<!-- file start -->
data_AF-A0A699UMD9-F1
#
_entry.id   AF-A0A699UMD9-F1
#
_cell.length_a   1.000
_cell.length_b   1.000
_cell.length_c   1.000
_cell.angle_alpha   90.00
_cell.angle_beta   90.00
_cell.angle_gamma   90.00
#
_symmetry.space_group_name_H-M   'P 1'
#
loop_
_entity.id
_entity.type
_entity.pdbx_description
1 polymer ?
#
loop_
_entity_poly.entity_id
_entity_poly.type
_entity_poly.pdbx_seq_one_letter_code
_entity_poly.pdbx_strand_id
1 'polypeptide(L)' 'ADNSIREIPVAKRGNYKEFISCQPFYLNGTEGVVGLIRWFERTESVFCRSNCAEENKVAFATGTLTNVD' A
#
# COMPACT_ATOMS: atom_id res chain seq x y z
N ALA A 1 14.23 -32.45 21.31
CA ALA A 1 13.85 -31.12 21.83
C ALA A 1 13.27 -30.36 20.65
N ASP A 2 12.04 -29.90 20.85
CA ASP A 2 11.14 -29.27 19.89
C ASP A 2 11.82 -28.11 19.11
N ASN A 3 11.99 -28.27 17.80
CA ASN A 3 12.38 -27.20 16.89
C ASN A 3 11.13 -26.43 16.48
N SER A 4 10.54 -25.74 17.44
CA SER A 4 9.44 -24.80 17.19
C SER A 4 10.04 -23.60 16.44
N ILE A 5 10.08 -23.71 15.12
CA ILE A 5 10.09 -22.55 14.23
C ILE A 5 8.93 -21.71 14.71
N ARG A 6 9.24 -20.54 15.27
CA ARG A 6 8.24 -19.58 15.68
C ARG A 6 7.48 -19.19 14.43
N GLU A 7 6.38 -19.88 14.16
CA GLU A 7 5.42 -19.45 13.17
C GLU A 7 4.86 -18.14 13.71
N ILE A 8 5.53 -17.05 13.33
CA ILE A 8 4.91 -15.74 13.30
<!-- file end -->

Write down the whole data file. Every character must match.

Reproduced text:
data_AF-A0A699UMD9-F1
#
_entry.id   AF-A0A699UMD9-F1
#
_cell.length_a   1.000
_cell.length_b   1.000
_cell.length_c   1.000
_cell.angle_alpha   90.00
_cell.angle_beta   90.00
_cell.angle_gamma   90.00
#
_symmetry.space_group_name_H-M   'P 1'
#
loop_
_entity.id
_entity.type
_entity.pdbx_description
1 polymer ?
#
loop_
_entity_poly.entity_id
_entity_poly.type
_entity_poly.pdbx_seq_one_letter_code
_entity_poly.pdbx_strand_id
1 'polypeptide(L)' 'ADNSIREIPVAKRGNYKEFISCQPFYLNGTEGVVGLIRWFERTESVFCRSNCAEENKVAFATGTLTNVD' A
#
# COMPACT_ATOMS: atom_id res chain seq x y z
N ALA A 1 14.23 -32.45 21.31
CA ALA A 1 13.85 -31.12 21.83
C ALA A 1 13.27 -30.36 20.65
N ASP A 2 12.04 -29.90 20.85
CA ASP A 2 11.14 -29.27 19.89
C ASP A 2 11.82 -28.11 19.11
N ASN A 3 11.99 -28.27 17.80
CA ASN A 3 12.38 -27.20 16.89
C ASN A 3 11.13 -26.43 16.48
N SER A 4 10.54 -25.74 17.44
CA SER A 4 9.44 -24.80 17.19
C SER A 4 10.04 -23.60 16.44
N ILE A 5 10.08 -23.71 15.12
CA ILE A 5 10.09 -22.55 14.23
C ILE A 5 8.93 -21.71 14.71
N ARG A 6 9.24 -20.54 15.27
CA ARG A 6 8.24 -19.58 15.68
C ARG A 6 7.48 -19.19 14.43
N GLU A 7 6.38 -19.88 14.16
CA GLU A 7 5.42 -19.45 13.17
C GLU A 7 4.86 -18.14 13.71
N ILE A 8 5.53 -17.05 13.33
CA ILE A 8 4.91 -15.74 13.30